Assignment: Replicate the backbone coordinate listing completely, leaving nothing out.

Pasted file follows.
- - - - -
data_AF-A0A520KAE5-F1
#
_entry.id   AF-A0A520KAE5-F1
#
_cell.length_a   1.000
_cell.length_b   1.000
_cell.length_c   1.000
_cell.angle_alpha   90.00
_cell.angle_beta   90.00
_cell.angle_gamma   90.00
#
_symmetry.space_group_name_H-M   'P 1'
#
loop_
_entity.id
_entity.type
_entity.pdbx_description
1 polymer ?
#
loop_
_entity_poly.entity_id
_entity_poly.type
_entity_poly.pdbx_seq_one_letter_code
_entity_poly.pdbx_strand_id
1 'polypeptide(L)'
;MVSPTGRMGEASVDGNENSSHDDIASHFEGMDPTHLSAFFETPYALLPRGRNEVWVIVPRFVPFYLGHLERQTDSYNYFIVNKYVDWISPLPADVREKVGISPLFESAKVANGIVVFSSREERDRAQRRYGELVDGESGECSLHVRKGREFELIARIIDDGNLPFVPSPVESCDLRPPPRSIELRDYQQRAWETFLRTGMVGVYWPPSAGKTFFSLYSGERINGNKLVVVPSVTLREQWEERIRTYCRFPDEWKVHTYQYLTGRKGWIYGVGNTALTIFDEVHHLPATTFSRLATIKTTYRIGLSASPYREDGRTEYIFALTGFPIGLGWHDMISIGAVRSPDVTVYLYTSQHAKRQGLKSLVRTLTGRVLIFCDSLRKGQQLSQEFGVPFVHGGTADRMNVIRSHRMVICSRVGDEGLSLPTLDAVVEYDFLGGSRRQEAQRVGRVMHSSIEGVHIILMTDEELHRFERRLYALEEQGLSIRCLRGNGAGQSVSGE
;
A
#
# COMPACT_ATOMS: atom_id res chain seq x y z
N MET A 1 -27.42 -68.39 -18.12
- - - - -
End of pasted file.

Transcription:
data_AF-A0A520KAE5-F1
#
_entry.id   AF-A0A520KAE5-F1
#
_cell.length_a   1.000
_cell.length_b   1.000
_cell.length_c   1.000
_cell.angle_alpha   90.00
_cell.angle_beta   90.00
_cell.angle_gamma   90.00
#
_symmetry.space_group_name_H-M   'P 1'
#
loop_
_entity.id
_entity.type
_entity.pdbx_description
1 polymer ?
#
loop_
_entity_poly.entity_id
_entity_poly.type
_entity_poly.pdbx_seq_one_letter_code
_entity_poly.pdbx_strand_id
1 'polypeptide(L)'
;MVSPTGRMGEASVDGNENSSHDDIASHFEGMDPTHLSAFFETPYALLPRGRNEVWVIVPRFVPFYLGHLERQTDSYNYFIVNKYVDWISPLPADVREKVGISPLFESAKVANGIVVFSSREERDRAQRRYGELVDGESGECSLHVRKGREFELIARIIDDGNLPFVPSPVESCDLRPPPRSIELRDYQQRAWETFLRTGMVGVYWPPSAGKTFFSLYSGERINGNKLVVVPSVTLREQWEERIRTYCRFPDEWKVHTYQYLTGRKGWIYGVGNTALTIFDEVHHLPATTFSRLATIKTTYRIGLSASPYREDGRTEYIFALTGFPIGLGWHDMISIGAVRSPDVTVYLYTSQHAKRQGLKSLVRTLTGRVLIFCDSLRKGQQLSQEFGVPFVHGGTADRMNVIRSHRMVICSRVGDEGLSLPTLDAVVEYDFLGGSRRQEAQRVGRVMHSSIEGVHIILMTDEELHRFERRLYALEEQGLSIRCLRGNGAGQSVSGE
;
A
#
# COMPACT_ATOMS: atom_id res chain seq x y z
N MET A 1 -27.42 -68.39 -18.12